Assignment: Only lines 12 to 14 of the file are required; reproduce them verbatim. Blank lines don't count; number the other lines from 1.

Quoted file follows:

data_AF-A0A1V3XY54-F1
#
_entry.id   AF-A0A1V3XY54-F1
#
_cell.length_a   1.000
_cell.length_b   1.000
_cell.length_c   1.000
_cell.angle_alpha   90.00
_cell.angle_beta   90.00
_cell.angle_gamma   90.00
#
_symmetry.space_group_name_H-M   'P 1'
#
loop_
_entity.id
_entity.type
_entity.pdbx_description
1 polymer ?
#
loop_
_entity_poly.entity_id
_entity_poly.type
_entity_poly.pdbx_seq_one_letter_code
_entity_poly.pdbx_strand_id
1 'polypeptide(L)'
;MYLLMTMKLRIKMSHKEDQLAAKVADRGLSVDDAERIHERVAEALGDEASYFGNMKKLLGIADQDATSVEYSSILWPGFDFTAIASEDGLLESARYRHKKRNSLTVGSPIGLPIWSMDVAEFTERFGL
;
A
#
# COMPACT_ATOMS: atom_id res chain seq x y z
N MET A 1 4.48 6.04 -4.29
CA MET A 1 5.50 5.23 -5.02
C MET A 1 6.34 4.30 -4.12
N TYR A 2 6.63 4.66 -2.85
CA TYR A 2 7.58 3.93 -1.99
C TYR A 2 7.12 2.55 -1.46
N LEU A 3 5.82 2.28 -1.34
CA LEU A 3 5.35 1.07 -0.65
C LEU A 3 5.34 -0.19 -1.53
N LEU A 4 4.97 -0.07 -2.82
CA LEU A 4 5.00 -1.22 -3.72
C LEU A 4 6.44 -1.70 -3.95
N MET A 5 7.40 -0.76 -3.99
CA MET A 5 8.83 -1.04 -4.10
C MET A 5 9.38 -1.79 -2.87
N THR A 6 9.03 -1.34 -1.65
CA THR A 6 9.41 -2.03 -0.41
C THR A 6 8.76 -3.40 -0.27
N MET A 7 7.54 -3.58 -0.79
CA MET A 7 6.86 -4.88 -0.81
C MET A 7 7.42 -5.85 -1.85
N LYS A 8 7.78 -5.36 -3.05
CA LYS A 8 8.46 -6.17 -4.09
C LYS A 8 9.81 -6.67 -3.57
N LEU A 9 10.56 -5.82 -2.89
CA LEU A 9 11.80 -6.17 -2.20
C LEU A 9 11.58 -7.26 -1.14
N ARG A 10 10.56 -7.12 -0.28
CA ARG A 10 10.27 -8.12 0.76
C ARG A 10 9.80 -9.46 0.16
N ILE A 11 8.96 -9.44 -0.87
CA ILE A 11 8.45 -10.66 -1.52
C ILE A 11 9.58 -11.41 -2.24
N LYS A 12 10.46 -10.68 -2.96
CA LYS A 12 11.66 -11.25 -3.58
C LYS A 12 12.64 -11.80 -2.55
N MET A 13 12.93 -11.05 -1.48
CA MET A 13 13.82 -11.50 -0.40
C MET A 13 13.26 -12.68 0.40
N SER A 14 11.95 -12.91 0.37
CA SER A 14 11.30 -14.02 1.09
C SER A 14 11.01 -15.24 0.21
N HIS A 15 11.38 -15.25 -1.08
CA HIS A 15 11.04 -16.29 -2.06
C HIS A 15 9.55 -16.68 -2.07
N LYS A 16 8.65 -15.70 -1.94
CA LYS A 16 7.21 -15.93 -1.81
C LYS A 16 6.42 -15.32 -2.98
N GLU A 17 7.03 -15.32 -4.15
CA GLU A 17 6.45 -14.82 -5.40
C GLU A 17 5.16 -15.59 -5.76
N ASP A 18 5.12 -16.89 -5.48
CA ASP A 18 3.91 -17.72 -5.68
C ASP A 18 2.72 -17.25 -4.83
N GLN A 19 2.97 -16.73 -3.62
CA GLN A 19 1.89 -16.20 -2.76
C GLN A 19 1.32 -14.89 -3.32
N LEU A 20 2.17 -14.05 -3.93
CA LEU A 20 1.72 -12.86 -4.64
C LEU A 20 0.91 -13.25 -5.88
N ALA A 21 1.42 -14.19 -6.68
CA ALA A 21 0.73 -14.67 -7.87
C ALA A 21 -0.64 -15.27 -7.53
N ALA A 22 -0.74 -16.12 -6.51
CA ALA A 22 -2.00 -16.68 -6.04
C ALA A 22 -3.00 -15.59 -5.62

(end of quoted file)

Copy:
_symmetry.space_group_name_H-M   'P 1'
#
loop_